Going with Nature’s flow, year to year in garden and field
Plants resemble people in many ways. Especially, they remind me of children. They go through so many changes from year to year. Each is the same variety. Yet each is so different, colored by many influences. As I weeded Dragon Tongue beans all morning past the noon hour Monday, I thought of how prolific this variety had been for us in past years. In nearly 4 hours of tending 9 long rows of these beautiful plants during two attempts to cover all of that ground over the weekend, I’d only harvested 10½ pounds of beans. Dela remarked at supper, hours later, how chard had usually been such a hardy, reliable addition to our subscriptions, too. This year, it’s been challenging to establish even one full bed of chard sufficient to give to all 150 CSA members, even in one week’s worth. Plants, like people, have years that they thrive and years that they don’t. Last year was a good sweet corn year. This year, the corn has been through so much, it would be hard to expect perfection out of it. It has been scorched with heat repeatedly, drought at a wicked time in its development, too. Several driving rains swept across the corn from the west, nearly flattening all the stalks. For these reasons, our older varieties of sweet corn grew up stunted and their ears did not fill out. Rain caused a tremendous flush of grasses and weeds to spring up around our plants and between the wide rows. We had cultivated, hand-weeded, tilled, even mowed between the cornrows for weeks. It all seemed for nothing, now that the weeds had risen as high as our chins. The searing heat also brought on the corn borer several weeks earlier than usual. At harvest over the past week, we spent many hours, moving stooped over, down and back, down and back the football field-length rows, searching for the corn. In many cases, the bowled-over stalks had grown in a curve, the ears almost hanging from them, close to the ground. Many more hours, our little crew of helpers examined every ear, trying to get at least 6 decent ones for each household. Of course, we ‘d like the corn to be better for you than it is. Like loving, over-worked parents and children, we did the best we could under the circumstances.
Want to help can?– Dela will be making sweet corn relish and salsa and other great vegetables for winter and for our fall shares soon. If you like to can or want to learn by doing, email or call Dela to work out a schedule. 608 897-4288. firstname.lastname@example.org
Brown bag it – We are in desperate need of brown paper grocery sacks sufficient to double bag your subscriptions. Please, please get them to us this week, every week, if you can. It saves a lot on packing costs.
This Week’s Vegetables are:
- Summer squash (both green and yellow)
- Eggplant (if you get a green variety, it is called Raveena, and it is ripe)
- Sweet corn
- Ice box melon variety
- A surprise garden extra (can you tell what it is?)
Cooking Tips for the Week
Grilled Summer Vegetable Medley (from R Sax and M. Simmons, Bon Appetit, July 1991) Combine 3 tablespoons olive oil, 2 garlic cloves, crushed; 1 ½ teaspoons chopped fresh thyme (1 teaspoon dried); 1 1/1 teaspoons chopped fresh sage (1 teaspoon dried);1 ½ teaspoons chopped fresh rosemary (1 teaspoon dried); in small bowl. Place 2 small eggplants, halved lengthwise, 2 small zucchini, halved lengthwise; 2 small yellow crookneck squash, halved lengthwise; 4 ½ inch thick slices red onion; 1 bell pepper, quartered, seeded; 1 bell pepper, quartered, seeded in a baking pan and brush with oil mixture. Season with salt and pepper. Let marinate 2 hours. Prepare grill to medium high heat. Grill vegetables until just tender when pierced with tip of sharp knife, turning occasionally, about 8 minutes. Transfer vegetables to platter and serve warm, or at room temperature. Four servings.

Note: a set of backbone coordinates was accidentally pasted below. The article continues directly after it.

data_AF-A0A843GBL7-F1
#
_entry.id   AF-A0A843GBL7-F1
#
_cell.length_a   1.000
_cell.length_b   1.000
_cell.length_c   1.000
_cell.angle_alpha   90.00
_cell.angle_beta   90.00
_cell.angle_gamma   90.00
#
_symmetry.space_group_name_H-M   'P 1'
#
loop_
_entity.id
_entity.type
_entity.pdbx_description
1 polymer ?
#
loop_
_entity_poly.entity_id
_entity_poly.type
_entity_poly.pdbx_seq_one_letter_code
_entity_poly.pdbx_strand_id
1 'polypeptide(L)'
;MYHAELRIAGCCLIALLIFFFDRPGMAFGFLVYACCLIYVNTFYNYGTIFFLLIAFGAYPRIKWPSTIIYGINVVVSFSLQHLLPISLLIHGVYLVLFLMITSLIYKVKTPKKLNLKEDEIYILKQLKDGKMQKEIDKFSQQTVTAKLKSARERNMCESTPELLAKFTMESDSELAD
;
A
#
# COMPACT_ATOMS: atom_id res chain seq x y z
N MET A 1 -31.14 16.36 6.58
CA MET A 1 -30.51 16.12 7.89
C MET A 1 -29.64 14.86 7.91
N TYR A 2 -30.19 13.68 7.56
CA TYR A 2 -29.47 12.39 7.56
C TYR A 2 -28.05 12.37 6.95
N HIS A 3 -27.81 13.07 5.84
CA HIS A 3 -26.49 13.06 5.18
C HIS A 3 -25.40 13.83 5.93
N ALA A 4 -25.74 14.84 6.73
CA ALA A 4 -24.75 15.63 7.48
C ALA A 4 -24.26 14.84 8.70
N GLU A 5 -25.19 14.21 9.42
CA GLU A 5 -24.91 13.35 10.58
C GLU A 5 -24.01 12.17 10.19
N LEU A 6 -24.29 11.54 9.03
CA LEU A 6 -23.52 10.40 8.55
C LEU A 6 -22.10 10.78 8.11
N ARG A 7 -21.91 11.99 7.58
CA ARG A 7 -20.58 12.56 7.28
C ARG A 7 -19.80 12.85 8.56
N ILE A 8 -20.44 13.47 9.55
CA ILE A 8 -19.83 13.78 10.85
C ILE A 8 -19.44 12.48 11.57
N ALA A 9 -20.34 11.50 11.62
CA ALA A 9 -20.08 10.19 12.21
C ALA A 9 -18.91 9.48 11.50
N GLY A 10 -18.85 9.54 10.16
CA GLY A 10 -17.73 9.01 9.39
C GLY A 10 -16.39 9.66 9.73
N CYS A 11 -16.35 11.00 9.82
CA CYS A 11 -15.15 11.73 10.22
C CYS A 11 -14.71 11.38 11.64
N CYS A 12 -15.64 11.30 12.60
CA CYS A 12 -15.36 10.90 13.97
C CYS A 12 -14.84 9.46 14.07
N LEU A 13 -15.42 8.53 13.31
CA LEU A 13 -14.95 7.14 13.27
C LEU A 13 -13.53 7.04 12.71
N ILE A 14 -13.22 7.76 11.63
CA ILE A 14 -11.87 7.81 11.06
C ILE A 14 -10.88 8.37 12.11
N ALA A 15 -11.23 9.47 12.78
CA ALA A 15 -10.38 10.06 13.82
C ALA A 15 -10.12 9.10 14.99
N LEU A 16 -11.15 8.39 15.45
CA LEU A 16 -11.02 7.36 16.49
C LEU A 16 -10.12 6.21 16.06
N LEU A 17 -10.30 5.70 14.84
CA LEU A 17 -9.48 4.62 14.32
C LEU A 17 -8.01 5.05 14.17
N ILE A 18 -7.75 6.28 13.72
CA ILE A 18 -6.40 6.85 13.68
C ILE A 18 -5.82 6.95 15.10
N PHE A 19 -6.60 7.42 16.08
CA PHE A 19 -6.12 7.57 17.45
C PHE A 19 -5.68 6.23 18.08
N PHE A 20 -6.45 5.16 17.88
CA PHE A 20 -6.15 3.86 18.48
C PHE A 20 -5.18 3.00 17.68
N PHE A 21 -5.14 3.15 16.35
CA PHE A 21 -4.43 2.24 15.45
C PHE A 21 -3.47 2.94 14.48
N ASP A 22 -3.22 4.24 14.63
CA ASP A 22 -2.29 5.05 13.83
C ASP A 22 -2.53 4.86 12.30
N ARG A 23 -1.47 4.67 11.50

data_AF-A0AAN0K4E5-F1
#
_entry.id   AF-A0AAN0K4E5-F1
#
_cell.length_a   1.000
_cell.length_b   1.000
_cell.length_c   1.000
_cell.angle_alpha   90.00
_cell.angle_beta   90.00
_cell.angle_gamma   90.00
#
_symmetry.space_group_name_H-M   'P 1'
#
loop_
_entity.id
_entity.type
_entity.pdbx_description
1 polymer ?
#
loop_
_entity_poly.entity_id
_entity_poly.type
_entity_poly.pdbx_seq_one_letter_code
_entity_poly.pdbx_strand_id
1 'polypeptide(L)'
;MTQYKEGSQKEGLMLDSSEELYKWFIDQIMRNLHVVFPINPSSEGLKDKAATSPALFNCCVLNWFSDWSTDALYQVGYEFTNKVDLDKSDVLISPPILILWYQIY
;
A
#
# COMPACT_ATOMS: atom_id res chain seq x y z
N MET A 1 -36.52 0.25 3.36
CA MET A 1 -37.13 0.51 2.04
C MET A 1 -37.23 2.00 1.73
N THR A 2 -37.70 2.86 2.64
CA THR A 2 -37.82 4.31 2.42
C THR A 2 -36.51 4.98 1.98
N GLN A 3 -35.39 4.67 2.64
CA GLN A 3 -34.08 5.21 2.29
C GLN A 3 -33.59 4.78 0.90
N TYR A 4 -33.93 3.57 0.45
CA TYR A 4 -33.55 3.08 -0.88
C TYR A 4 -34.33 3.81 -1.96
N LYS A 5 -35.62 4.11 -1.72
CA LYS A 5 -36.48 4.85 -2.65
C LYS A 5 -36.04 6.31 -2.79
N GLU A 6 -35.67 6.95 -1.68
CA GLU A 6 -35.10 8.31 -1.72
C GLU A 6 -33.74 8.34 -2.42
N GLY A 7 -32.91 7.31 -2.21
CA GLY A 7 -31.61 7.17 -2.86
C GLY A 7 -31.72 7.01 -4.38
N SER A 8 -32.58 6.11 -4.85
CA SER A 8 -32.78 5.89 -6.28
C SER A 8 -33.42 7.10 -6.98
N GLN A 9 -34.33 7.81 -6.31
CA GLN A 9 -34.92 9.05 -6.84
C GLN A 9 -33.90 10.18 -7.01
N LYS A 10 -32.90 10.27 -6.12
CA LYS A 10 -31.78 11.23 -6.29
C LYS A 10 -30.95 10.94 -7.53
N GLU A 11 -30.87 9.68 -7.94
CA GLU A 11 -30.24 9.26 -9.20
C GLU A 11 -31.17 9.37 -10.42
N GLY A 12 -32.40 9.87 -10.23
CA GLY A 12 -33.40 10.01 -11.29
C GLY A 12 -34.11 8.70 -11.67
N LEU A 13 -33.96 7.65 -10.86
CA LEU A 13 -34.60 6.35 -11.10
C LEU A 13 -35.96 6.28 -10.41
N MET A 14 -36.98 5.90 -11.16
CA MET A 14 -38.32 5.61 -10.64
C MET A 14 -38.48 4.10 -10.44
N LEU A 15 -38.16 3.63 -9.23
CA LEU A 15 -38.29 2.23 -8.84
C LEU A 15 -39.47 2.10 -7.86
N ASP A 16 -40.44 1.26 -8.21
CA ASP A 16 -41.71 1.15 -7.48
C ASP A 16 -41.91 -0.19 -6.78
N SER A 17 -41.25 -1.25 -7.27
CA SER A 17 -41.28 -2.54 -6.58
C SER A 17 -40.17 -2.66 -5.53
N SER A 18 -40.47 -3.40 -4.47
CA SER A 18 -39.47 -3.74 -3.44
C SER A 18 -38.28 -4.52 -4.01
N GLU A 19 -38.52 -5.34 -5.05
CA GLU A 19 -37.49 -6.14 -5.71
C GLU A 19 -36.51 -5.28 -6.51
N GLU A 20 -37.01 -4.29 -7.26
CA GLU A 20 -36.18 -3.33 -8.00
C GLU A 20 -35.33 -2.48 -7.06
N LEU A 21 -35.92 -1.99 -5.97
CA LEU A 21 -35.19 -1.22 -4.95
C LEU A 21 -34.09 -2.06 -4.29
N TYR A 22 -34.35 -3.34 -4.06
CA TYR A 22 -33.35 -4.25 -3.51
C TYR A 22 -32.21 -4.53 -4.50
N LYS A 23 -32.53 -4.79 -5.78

Ratatouille (from Julia Child’s Mastering the Art of French Cooking) Peel 1 lb. of eggplant and cut into lengthwise slices 3/8 inches chick, about 3 inches long and 1 inch wide.. Scrub 1 lb. of zucchini, slice off the two ends, and cut into slices about the same size as the eggplant. Place the vegetables in a bowl and toss with 1 tsp salt. Let stand 30 minutes. Drain. Dry each slice in a towel. One layer at a time, sauté the eggplant and then the zucchini in 4 tablespoons olive oil for about a minute on each side to brown very lightly. Remove to a side dish. In the same skillet, cook ½ lb. (about 1 ½ cups) thinly sliced yellow onions and 1 cup sliced green bell peppers slowly in olive oil for about 10 minutes, or until tender but not browned. Stir in 2 cloves mashed garlic and season with salt and pepper to taste. Slice 1 lb. of firm, red tomatoes, peeled, seeded and juiced, into 1/8 inch strips. Lay them over the onions and peppers. Season with salt and pepper. Cover the skillet and cook over low heat for 5 minutes or until the tomatoes have begun to render their juice. Uncover, baste the tomatoes with the juices, raise heat and boil for several minutes, until juice has almost entirely evaporated. Place a third of the tomato mixture in the bottom of a 2 ½ quart casserole dish and sprinkle over it 1 tablespoon of minced parsley. Arrange half of the eggplant and zucchini on top, then half the remaining tomatoes and parsley. Put in the rest of the eggplant and zucchini, and finish with the remaining tomatoes and parsley. Cover the casserole and simmer over low heat for 10 minutes. Uncover, tip casserole and baste with the rendered juices. Correct seasoning if necessary. Raise heat slightly and cook uncovered for about 15 minutes, basting several times, until juices have evaporated leaving a spoonful or two of flavored olive oil. Be careful of your heat. Do not let vegetables scorch in the bottom of the casserole. Set aside uncovered. Reheat slowly at serving time, or serve cold.